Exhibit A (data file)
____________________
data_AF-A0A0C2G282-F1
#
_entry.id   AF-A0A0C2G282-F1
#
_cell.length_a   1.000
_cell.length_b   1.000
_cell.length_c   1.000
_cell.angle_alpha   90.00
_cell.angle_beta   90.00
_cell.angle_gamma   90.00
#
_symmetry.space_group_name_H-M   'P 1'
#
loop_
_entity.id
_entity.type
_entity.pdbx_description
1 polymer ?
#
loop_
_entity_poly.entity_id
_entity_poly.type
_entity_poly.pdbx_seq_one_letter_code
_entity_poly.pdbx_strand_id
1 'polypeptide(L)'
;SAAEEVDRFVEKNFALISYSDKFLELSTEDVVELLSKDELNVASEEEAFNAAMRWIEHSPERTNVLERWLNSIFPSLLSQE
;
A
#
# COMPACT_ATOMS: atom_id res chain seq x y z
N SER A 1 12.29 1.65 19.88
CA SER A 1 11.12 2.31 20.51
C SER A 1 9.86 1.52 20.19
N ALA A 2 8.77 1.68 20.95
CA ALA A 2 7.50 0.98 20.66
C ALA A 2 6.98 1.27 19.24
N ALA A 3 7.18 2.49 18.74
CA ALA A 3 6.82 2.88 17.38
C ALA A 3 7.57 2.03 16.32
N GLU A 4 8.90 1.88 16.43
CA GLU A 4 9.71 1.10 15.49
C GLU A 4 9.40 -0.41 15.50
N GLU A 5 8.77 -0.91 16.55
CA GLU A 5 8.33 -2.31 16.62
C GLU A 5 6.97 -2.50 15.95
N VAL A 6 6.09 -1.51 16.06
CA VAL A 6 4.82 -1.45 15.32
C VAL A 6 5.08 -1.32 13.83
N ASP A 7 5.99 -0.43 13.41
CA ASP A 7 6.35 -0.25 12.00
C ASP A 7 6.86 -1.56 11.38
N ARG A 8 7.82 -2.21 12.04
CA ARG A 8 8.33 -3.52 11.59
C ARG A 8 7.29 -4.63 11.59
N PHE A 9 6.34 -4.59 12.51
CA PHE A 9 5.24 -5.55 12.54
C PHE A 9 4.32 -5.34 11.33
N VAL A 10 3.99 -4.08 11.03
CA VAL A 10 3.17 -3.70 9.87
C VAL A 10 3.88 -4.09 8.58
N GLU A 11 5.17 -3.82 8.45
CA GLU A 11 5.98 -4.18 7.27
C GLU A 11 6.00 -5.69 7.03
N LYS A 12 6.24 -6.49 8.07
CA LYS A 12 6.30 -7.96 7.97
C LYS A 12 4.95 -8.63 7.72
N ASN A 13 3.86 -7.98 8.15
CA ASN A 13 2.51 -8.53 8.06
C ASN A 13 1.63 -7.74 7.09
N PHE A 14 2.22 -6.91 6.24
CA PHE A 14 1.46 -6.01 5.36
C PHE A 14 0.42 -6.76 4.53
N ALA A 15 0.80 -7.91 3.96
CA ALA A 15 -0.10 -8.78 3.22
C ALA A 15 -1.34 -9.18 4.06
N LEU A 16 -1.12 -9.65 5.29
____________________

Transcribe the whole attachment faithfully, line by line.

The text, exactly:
data_AF-A0A0C2G282-F1
#
_entry.id   AF-A0A0C2G282-F1
#
_cell.length_a   1.000
_cell.length_b   1.000
_cell.length_c   1.000
_cell.angle_alpha   90.00
_cell.angle_beta   90.00
_cell.angle_gamma   90.00
#
_symmetry.space_group_name_H-M   'P 1'
#
loop_
_entity.id
_entity.type
_entity.pdbx_description
1 polymer ?
#
loop_
_entity_poly.entity_id
_entity_poly.type
_entity_poly.pdbx_seq_one_letter_code
_entity_poly.pdbx_strand_id
1 'polypeptide(L)'
;SAAEEVDRFVEKNFALISYSDKFLELSTEDVVELLSKDELNVASEEEAFNAAMRWIEHSPERTNVLERWLNSIFPSLLSQE
;
A
#
# COMPACT_ATOMS: atom_id res chain seq x y z
N SER A 1 12.29 1.65 19.88
CA SER A 1 11.12 2.31 20.51
C SER A 1 9.86 1.52 20.19
N ALA A 2 8.77 1.68 20.95
CA ALA A 2 7.50 0.98 20.66
C ALA A 2 6.98 1.27 19.24
N ALA A 3 7.18 2.49 18.74
CA ALA A 3 6.82 2.88 17.38
C ALA A 3 7.57 2.03 16.32
N GLU A 4 8.90 1.88 16.43
CA GLU A 4 9.71 1.10 15.49
C GLU A 4 9.40 -0.41 15.50
N GLU A 5 8.77 -0.91 16.55
CA GLU A 5 8.33 -2.31 16.62
C GLU A 5 6.97 -2.50 15.95
N VAL A 6 6.09 -1.51 16.06
CA VAL A 6 4.82 -1.45 15.32
C VAL A 6 5.08 -1.32 13.83
N ASP A 7 5.99 -0.43 13.41
CA ASP A 7 6.35 -0.25 12.00
C ASP A 7 6.86 -1.56 11.38
N ARG A 8 7.82 -2.21 12.04
CA ARG A 8 8.33 -3.52 11.59
C ARG A 8 7.29 -4.63 11.59
N PHE A 9 6.34 -4.59 12.51
CA PHE A 9 5.24 -5.55 12.54
C PHE A 9 4.32 -5.34 11.33
N VAL A 10 3.99 -4.08 11.03
CA VAL A 10 3.17 -3.70 9.87
C VAL A 10 3.88 -4.09 8.58
N GLU A 11 5.17 -3.82 8.45
CA GLU A 11 5.98 -4.18 7.27
C GLU A 11 6.00 -5.69 7.03
N LYS A 12 6.24 -6.49 8.07
CA LYS A 12 6.30 -7.96 7.97
C LYS A 12 4.95 -8.63 7.72
N ASN A 13 3.86 -7.98 8.15
CA ASN A 13 2.51 -8.53 8.06
C ASN A 13 1.63 -7.74 7.09
N PHE A 14 2.22 -6.91 6.24
CA PHE A 14 1.46 -6.01 5.36
C PHE A 14 0.42 -6.76 4.53
N ALA A 15 0.80 -7.91 3.96
CA ALA A 15 -0.10 -8.78 3.22
C ALA A 15 -1.34 -9.18 4.06
N LEU A 16 -1.12 -9.65 5.29